In March 2014, soon after UCSF said it was delaying work on the Draft Environmental Impact Report for now – it sent around this message.
“Beginning on Monday, March 17th, Bartlett Tree Experts will be performing tree work throughout the UCSF Mount Sutro Open Space Reserve trail system in order to mitigate potential hazardous trees. This work will consist of trimming, pruning, and/or removing hazardous trees, branches and limbs that are overhanging, or in close proximity to, trails throughout the Reserve and pose a potential danger to trail users.”
We were surprised, because it was (and is) the height of the bird nesting season. We wrote to UCSF and didn’t get a response. We hoped they were responding to actual concerns regarding a few specific trees.
Forest-lovers were dismayed, and pinned notes on the trees saying “Please Don’t Cut Me Down” – we reported on that HERE. They were ignored. On a recent hike in the forest, we discovered most of the orange-dotted trees had been felled.
Here are a few of the 118 tree stumps and logs…
We oppose the removal of these trees – except those that are actual hazards – even though they are “dead or dying.” Snags (standing dead trees) are important as habitat, providing for other plant and animal species. They accumulate ferns, and other epiphytes, and provide food for insects that in turn are food for birds. The snag below is an example – it’s clearly been a hunting ground for woodpeckers or other birds. They add to the visual beauty and character of the naturalized forest.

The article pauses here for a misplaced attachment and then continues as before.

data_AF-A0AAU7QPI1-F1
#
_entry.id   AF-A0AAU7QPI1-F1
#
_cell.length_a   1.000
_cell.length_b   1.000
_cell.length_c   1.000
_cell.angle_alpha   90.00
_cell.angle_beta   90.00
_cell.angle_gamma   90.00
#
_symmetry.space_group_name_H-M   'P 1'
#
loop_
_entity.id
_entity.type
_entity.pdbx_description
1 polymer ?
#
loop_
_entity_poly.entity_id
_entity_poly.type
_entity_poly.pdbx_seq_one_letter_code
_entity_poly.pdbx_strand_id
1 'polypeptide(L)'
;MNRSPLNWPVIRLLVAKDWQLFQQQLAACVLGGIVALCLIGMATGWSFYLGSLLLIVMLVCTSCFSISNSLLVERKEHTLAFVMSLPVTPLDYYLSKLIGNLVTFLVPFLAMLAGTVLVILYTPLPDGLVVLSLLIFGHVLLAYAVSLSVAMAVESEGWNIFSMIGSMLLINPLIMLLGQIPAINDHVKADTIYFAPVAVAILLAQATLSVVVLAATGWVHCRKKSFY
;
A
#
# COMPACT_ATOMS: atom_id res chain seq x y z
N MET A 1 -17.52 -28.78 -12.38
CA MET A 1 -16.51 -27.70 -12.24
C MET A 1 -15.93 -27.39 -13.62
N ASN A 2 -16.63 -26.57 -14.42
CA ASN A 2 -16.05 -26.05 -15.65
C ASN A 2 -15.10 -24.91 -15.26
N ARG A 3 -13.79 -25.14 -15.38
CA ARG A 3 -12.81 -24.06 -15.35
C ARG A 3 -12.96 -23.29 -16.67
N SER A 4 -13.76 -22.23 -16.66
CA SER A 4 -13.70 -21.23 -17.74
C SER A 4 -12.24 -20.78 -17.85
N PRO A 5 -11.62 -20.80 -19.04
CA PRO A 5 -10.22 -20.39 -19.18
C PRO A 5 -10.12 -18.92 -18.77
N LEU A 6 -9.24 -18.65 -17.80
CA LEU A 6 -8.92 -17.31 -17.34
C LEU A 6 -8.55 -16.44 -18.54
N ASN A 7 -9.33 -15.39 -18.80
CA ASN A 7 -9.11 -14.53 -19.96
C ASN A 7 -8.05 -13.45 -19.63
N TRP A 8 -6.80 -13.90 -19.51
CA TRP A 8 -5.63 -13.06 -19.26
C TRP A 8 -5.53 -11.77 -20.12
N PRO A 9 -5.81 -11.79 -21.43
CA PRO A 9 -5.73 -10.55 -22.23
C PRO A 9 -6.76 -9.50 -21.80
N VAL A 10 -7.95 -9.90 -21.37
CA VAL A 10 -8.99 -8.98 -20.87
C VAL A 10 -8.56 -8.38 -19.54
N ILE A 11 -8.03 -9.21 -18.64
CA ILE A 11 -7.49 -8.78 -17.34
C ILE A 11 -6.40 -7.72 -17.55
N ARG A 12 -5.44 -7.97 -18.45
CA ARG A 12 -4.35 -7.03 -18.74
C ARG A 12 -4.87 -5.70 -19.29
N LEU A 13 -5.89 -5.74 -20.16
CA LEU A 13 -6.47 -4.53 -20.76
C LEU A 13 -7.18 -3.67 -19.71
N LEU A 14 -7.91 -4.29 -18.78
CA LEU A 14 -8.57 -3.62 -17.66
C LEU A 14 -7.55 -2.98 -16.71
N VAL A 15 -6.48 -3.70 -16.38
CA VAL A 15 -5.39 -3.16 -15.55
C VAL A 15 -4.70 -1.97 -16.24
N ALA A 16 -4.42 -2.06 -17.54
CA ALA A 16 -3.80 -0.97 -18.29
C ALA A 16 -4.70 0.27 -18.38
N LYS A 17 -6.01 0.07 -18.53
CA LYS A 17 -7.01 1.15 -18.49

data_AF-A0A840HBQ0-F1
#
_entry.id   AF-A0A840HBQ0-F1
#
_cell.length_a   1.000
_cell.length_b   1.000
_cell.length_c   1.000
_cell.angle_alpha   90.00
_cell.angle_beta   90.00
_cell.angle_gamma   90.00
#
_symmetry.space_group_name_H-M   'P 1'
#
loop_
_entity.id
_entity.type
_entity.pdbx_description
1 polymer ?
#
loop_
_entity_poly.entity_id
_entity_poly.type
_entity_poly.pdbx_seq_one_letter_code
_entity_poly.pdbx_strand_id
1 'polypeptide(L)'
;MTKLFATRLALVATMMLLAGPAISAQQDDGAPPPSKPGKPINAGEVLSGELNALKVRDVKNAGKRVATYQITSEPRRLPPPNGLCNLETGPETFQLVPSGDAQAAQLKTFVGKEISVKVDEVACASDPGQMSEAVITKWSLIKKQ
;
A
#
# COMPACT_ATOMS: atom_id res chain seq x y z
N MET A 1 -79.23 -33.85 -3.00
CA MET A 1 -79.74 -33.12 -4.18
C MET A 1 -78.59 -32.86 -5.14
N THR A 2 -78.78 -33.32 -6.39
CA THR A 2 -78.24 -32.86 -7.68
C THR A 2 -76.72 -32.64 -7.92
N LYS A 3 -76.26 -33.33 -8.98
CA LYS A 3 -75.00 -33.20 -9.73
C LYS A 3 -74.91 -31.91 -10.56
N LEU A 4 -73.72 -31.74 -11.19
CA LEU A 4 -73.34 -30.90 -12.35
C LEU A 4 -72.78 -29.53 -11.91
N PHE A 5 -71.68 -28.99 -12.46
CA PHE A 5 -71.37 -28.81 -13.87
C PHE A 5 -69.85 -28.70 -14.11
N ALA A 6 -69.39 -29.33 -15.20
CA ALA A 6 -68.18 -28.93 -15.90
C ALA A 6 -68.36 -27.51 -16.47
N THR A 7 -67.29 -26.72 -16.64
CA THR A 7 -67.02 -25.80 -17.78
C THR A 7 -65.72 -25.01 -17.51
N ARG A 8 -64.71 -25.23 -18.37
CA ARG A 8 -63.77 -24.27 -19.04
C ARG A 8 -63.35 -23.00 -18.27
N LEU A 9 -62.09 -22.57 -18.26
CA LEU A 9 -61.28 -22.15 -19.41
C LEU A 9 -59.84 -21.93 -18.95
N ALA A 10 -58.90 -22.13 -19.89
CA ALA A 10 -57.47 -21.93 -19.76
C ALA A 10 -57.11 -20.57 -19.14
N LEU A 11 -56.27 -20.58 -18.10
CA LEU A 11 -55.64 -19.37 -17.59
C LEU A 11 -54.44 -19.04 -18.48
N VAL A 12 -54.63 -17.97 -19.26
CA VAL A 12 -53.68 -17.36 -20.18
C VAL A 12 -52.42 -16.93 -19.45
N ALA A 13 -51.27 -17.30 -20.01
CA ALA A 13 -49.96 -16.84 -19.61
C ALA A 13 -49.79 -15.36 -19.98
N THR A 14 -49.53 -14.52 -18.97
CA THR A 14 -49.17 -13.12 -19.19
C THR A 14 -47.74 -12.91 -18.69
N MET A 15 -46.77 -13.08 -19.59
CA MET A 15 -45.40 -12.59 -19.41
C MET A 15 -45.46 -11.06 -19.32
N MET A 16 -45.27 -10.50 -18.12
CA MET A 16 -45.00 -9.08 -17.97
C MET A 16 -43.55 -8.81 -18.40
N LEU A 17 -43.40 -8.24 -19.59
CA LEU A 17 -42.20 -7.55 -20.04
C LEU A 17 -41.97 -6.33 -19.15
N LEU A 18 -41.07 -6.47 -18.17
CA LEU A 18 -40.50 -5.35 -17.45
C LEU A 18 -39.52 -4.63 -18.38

We especially object to their removal during the nesting season. We have to say we’re dismayed. UCSF has always explicitly respected the nesting season in its plans, and have avoided actions that might disturb birds’ nest or destroy them. Spotting nests is never easy, especially song-bird nests. They have to be concealed if they’re to survive predators. Tree companies are not specialists in bird behavior. Wildlife rehabilitators frequently have baby birds and animals brought to them when trees are felled or pruned in the nesting season: HERE’s a page from Wildcare, a Marin-based rehabilitator that’s headed “Stop! Don’t Prune Those Trees!”
We know that birds do nest in Sutro Forest. What we don’t know is how much damage this action in the nesting season has done.